Or how about the many towns that had laws on their books denying people of color permission to live, work or shop within their boundaries? It didn’t just happen in the South.  You would be hard pressed to find any organized municipality without this type of activity in its past.  Indeed, many municipalities were first organized to either exclude or remove people of color from predominantly white areas.  If your grandparents or parents lived in such communities, they probably voted for the officials who created such restrictions.  What if every single one of these towns and villages had to add these words below their welcome signs, “This community historically and shamefully denied people of color their right to life, liberty and the pursuit of happiness.”

Or, if this labeling seems radical, how about at least acknowledging the most heinous acts of racial discrimination and hatred in our past? Between 1882 and 1968, there were 4,743 incidents of whites lynching a black person or a white sympathizer.  What if Congress had simply required every single town where a lynching occurred to raise a monument with the words, “Never Again.” Certainly, most white people would agree that lynching was a violation of the most basic human and civil rights and should never occur again.  Wouldn’t we?

Unfortunately, unlike with smoking, our white controlled society has consistently denied, diminished, obscured and ignored our complicity in some very ugly and racist habits. We’ve done all in our power to maintain our pretense of ignorance.  We’ve refused to publicly acknowledge what our grandparents and parents intentionally and maliciously did to people of color.  We’ve sanitized our text books.  We’ve limited the truth in labeling to a few museums and plaques.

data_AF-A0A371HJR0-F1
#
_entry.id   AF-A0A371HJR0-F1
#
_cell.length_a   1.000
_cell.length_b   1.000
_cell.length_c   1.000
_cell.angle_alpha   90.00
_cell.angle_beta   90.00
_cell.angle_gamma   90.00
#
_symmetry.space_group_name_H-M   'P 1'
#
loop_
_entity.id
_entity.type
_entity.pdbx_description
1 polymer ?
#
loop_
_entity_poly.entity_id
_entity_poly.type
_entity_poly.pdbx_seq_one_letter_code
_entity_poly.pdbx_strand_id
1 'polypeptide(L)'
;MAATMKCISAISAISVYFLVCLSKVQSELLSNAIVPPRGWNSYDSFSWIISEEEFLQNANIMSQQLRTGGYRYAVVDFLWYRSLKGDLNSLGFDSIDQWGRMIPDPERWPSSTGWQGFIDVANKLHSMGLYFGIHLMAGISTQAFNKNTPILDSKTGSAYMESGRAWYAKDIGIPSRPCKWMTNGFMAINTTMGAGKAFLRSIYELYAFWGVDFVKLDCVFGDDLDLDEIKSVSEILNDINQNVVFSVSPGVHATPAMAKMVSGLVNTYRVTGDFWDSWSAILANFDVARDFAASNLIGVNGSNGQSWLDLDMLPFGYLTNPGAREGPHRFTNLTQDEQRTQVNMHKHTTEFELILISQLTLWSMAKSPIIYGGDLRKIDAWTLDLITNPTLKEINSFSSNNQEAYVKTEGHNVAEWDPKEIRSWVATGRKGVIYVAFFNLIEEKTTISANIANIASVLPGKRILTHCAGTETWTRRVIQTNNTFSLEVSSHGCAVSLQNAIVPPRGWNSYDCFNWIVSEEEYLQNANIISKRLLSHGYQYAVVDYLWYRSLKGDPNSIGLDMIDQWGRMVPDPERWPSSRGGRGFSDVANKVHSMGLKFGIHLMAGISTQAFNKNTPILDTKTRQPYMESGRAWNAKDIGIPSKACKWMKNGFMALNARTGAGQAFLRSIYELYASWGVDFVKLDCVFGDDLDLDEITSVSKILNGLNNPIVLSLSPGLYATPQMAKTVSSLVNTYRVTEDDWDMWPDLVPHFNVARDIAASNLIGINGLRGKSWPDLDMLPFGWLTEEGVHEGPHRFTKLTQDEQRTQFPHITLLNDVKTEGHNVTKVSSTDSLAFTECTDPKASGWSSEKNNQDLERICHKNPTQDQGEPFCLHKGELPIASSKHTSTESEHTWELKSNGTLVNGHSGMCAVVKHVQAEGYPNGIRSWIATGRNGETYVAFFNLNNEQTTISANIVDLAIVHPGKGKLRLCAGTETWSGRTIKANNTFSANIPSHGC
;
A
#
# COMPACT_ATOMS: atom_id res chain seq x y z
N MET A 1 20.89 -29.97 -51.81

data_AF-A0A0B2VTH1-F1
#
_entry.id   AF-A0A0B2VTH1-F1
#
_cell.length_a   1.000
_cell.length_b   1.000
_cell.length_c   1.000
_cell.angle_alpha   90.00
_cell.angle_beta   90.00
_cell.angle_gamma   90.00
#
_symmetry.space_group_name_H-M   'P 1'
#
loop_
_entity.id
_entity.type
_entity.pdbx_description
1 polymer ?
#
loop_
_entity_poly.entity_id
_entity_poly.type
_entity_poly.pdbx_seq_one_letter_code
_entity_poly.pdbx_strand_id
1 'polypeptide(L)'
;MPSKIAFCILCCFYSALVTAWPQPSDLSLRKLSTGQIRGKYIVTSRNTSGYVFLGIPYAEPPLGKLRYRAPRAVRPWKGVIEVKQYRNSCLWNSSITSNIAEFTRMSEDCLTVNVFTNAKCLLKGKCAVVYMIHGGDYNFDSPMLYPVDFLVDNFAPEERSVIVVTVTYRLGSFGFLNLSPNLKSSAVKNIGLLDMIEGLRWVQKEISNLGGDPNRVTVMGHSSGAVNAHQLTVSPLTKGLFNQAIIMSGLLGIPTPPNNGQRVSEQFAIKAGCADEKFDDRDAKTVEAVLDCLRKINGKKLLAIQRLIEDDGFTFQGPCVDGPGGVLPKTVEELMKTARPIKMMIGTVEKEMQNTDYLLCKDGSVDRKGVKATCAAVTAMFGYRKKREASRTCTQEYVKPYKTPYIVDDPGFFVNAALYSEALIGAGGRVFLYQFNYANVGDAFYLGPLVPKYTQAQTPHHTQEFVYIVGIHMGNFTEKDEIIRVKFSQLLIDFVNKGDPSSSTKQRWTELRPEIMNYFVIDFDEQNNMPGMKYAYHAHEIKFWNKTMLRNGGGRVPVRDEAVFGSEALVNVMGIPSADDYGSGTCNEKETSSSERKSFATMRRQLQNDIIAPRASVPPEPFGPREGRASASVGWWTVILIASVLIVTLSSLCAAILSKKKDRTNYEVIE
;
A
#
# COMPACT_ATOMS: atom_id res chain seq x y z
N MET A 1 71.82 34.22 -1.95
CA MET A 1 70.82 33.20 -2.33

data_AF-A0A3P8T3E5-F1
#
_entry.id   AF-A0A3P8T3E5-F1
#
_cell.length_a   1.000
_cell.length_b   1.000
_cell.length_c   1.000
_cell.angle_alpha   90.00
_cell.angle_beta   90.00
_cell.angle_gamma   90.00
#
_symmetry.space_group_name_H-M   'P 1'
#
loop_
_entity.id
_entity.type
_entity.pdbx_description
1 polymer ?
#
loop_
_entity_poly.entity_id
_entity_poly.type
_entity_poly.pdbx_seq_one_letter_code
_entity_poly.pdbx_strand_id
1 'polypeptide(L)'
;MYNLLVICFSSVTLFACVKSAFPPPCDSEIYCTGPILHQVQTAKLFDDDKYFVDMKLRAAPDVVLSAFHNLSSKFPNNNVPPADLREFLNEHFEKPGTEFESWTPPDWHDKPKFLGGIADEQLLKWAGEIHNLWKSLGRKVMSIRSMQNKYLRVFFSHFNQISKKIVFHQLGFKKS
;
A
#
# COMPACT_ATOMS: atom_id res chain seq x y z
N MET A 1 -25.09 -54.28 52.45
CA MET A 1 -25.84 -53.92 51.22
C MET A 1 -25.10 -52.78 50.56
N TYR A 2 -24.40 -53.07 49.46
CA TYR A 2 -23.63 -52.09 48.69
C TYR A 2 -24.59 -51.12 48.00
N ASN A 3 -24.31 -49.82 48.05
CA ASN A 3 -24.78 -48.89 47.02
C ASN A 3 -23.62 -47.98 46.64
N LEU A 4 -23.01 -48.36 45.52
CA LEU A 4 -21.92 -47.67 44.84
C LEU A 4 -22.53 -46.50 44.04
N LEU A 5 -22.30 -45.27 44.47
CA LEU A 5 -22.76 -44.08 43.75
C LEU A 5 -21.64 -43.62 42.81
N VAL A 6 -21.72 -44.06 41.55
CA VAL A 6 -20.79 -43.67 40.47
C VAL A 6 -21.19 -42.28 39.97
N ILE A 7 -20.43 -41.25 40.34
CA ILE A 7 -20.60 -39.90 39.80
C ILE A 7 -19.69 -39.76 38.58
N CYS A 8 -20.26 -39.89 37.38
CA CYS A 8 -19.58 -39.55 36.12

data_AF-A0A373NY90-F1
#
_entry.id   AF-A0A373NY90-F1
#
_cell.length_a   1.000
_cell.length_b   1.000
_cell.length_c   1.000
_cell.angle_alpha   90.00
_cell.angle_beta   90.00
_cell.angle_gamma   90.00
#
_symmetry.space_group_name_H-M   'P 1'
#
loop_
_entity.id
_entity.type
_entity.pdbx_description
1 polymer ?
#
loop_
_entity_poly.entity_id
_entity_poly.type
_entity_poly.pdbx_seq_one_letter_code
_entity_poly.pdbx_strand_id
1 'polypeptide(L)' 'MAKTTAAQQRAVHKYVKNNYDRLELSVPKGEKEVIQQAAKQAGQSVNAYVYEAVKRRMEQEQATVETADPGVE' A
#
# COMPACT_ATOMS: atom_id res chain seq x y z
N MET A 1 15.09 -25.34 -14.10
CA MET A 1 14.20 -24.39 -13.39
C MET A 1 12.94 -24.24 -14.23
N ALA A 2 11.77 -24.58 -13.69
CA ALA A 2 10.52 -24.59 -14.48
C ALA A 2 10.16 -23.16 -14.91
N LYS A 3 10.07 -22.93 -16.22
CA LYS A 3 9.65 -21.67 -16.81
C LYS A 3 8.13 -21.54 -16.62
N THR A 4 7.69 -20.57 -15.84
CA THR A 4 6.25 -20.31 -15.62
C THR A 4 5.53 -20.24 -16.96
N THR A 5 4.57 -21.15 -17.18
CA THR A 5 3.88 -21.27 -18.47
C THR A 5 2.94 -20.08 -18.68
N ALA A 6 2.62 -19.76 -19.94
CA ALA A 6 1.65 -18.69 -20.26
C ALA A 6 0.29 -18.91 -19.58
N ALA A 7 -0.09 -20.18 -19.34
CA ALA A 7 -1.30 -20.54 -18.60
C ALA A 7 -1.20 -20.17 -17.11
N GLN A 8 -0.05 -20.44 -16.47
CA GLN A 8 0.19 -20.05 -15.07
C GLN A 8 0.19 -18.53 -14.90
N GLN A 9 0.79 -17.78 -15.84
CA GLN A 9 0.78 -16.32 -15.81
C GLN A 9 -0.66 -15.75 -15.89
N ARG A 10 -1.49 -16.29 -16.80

In so doing, we have done terrible damage not only to people of color, but to our national psyche. Donald Trump and his racist policies are only possible because millions of white people have been able to sustain the pretense of ignorance.  Only this pretense makes it possible for a presidential candidate say “black communities are disasters, full of crime and decay” with a straight face.  Only this pretense allows mobs of white people to scream “Make America Great Again” without even a hint of shame or sarcasm.  By not acknowledging our past, we have endangered our future.

Imagine for a moment a society where the Supreme Court ruled smoking caused cancer, but didn’t require any significant changes in governmental policy or legal regulations. Imagine a society where millions of people died of lung cancer and emphysema every year, but most people continued to express puzzlement about the cause.  Imagine a society where people were outraged not by these deaths, but by any suggestion that smoking was the cause of societal ills.  Does that seem ridiculous?

It shouldn’t.

That is precisely the kind of society we have created in response to historic and systemic racism. Many white people are more outraged by the accusation of system racism than its reality. Is it really any surprise that white people resist the idea of reparations?  We haven’t even accepted and acknowledged what our grandparents and parents did.  Instead, we have chosen the pretense of ignorance.

I see this pretense all around me. I see it in politics, in the media, and in the conversations I have with friends and family.  I see it in myself and my ignorance about many historic facts.  Sadly, without some national truth in labeling, I see little hope.  As our national battle against smoking has taught us, you can’t be subtle if you want societal change.

Postscript: For those interested in being less ignorant, I would highly recommend the book, “The Color of Law” by Richard Rothstein.  Much of my new understanding of the facts in this post come from that book.

What Are You?

What Are You?

My daughter-in-law is bi-racial. Her father was black and her mother was white. Her skin is a very light brown, making it possible to think her Latino, Asian or even Middle Eastern.  This racial ambiguity often makes white people uncomfortable.  Uncertain of how to identify her, complete strangers often ask, “What are you?” While she finds this offensive, she usually responds with, “I am a human being just like you.”